UDK is a nice engine, you can script in it and even inject code into it to create completely new games it's not considered a language. Experience with it might help you to find a job eventually but knowing how to code ways a lot more. But you can use UDK to make awesome games or prototype your ideas, it's a very powerful and user friendly engine. But i'd say, if you want to start coding games, pickup C#, learn the basics till you feel comfortable with the language. Then install XNA game studio from microsoft which is a library with all the functions you need to code some awesome games.

Good luck!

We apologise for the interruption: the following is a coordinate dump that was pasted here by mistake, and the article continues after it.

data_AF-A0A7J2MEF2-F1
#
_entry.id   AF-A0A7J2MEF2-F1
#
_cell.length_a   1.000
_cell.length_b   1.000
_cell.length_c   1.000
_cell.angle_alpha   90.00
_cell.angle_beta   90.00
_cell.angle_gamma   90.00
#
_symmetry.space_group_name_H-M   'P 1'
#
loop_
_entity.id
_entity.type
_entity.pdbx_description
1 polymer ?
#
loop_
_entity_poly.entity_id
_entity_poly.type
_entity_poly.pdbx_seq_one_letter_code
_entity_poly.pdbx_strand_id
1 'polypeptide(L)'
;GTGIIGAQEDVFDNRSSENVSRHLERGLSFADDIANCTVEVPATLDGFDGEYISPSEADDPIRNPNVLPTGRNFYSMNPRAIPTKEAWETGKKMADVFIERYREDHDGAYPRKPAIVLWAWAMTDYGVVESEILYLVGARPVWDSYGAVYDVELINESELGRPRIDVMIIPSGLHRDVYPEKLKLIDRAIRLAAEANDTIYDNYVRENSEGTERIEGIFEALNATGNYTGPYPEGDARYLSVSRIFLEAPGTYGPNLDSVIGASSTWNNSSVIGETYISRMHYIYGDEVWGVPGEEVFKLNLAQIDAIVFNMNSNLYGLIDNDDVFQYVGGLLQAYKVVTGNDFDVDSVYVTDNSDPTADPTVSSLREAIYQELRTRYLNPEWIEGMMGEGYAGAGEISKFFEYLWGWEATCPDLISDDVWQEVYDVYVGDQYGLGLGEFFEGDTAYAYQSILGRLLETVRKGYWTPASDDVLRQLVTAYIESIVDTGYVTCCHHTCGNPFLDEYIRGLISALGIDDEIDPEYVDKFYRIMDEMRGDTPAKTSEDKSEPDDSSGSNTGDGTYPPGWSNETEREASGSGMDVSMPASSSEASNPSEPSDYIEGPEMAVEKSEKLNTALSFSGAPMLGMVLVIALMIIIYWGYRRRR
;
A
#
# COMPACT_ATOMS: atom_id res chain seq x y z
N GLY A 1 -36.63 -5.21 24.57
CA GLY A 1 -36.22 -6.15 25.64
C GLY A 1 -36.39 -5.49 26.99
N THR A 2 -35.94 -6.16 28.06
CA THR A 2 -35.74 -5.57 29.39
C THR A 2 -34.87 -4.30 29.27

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If you want to be a designer & programmer, I'd find an engine with a community you like and learn their scripting language. For Unity, you'll most likely use C#, for UDK, it's Unreal Script. I work for GarageGames and we set up a tutorial for an absolute beginner at http://www.garagegames.com/fps. I wouldn't get too caught up on any single technology per se, It will take you many years to get good at making games so the most important thing is sticking with it and never giving up.